Bright Sight

Oliver Backhouse, Consultant Eye Surgeon

Laser Capsulotomy

1] What is the Capsule?

The capsule is the bag within the eye that holds the lens in place. It is very thin and is best thought of as a cling-film wrap around the lens. The lens of the eye is like the lens of a camera and when it goes cloudy we call it a cataract.

2] Why does the capsule go cloudy?

Up to 20% of people will get clouding of the capsule following their lens surgery which can occur months or even years later. This figure varies according to the type of artificial lens used. It occurs due to cell regrowth which follows the surgery. Because of this it appears that the cataract has returned but really it is only the capsule that has thickened as a cataract can not come back.

3] Can the vision be restored?

Yes. As an outpatient, a Laser Capsulotomy can be done. This is a painless safe procedure that takes a few minutes to do on a machine similar to the one that is regularly used to examine eyes. Following some eye drops to dilate the pupil, the laser is focused by the use of a contact lens onto the thickened capsule. After a few flashes of light the procedure is over and you can go home. No drops are needed after.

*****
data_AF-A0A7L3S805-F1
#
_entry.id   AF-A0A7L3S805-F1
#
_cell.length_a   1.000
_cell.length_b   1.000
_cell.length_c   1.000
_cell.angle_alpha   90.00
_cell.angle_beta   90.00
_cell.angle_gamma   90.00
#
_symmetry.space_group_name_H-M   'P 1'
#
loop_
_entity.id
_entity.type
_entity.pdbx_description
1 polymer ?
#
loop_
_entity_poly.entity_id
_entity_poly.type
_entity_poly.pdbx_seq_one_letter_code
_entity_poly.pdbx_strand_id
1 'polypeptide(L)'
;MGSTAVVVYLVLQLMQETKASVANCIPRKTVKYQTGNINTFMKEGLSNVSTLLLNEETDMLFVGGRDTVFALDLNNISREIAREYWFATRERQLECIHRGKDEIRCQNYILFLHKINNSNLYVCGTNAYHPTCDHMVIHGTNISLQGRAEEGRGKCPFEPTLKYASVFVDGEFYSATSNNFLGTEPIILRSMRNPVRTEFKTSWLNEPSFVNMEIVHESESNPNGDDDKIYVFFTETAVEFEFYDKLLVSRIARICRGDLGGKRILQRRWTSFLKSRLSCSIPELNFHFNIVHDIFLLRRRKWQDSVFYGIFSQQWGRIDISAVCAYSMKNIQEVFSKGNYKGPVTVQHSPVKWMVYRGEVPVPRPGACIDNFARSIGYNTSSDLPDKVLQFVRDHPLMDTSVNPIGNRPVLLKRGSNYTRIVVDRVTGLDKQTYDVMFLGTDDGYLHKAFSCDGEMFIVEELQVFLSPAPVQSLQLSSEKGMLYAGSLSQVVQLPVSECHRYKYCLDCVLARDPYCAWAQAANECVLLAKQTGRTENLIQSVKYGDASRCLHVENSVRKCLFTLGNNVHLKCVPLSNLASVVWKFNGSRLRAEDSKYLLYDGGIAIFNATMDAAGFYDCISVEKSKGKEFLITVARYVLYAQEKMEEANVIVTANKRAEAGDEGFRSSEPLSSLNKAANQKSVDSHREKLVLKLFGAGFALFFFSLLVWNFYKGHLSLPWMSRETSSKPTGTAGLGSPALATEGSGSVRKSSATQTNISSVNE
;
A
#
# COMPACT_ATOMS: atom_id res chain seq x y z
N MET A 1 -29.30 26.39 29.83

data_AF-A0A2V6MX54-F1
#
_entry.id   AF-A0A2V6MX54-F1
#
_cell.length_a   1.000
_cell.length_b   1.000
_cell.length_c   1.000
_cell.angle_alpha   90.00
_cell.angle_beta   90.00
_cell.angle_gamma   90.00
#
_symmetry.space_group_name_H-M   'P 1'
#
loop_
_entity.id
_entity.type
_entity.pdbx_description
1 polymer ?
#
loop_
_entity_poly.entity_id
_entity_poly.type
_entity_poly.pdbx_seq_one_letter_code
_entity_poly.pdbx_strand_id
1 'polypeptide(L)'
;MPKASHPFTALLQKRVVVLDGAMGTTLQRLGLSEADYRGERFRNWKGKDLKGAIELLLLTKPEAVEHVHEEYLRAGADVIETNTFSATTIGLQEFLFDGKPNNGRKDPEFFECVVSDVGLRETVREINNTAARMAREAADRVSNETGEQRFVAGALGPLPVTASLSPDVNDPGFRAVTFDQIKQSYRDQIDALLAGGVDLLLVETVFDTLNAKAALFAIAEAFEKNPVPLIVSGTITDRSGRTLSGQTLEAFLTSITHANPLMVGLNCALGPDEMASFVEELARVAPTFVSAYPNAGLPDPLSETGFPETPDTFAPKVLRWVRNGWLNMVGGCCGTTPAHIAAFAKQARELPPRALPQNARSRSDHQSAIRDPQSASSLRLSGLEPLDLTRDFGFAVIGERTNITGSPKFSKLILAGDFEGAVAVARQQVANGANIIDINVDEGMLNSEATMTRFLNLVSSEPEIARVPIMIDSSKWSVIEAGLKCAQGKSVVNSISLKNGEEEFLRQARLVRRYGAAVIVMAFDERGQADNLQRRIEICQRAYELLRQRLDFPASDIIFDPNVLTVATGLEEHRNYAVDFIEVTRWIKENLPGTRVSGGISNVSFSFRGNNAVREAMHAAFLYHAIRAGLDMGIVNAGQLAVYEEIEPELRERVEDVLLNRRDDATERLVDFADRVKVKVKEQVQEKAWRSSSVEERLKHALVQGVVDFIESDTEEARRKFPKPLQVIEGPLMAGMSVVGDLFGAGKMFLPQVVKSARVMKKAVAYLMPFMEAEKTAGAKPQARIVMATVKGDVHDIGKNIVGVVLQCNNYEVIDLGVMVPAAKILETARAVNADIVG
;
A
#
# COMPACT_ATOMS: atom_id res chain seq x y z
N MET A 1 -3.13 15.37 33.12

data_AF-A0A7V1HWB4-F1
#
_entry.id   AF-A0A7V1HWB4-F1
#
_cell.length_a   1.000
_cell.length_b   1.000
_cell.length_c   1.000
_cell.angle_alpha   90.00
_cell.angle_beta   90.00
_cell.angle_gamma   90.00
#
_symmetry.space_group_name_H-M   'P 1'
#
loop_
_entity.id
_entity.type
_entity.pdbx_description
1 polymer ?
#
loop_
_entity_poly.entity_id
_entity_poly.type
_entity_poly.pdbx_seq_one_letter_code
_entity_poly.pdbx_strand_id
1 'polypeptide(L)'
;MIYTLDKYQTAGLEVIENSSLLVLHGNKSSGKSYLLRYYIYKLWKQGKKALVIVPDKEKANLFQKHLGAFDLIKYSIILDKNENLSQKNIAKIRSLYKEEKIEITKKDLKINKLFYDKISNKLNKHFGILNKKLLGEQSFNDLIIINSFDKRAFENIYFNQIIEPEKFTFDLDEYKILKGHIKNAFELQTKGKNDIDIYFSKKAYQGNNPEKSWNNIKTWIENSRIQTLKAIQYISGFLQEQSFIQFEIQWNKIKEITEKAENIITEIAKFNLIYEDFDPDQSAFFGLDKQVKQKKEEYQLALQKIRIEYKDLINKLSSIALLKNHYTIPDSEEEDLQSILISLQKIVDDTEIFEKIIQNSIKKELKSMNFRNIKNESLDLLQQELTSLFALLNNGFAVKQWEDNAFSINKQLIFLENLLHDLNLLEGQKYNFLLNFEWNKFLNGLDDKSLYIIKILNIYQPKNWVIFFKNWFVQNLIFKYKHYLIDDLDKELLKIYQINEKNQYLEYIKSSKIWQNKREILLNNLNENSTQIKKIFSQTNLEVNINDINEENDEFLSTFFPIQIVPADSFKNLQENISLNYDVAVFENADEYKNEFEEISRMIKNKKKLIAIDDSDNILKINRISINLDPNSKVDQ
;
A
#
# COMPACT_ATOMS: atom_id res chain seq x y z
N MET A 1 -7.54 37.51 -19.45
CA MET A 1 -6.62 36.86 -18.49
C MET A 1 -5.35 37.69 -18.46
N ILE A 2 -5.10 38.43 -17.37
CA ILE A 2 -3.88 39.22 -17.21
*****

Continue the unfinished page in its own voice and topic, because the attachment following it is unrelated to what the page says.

4] When will the vision be back to normal?

Following the Laser Capsulotomy, you may experience a few floaters but these will settle over a few weeks. Vision is usually much better by the next day. The best vision will occur several weeks later. Very occasionally you can get lots of floaters with associated flashing lights or a shutter effect in your vision. If this occurs you should recontact the eye clinic that day. If you are still experiencing some blurring of vision a month following treatment, it is likely to be due to the need for a glasses update and so you should make an appointment with your Optometrist.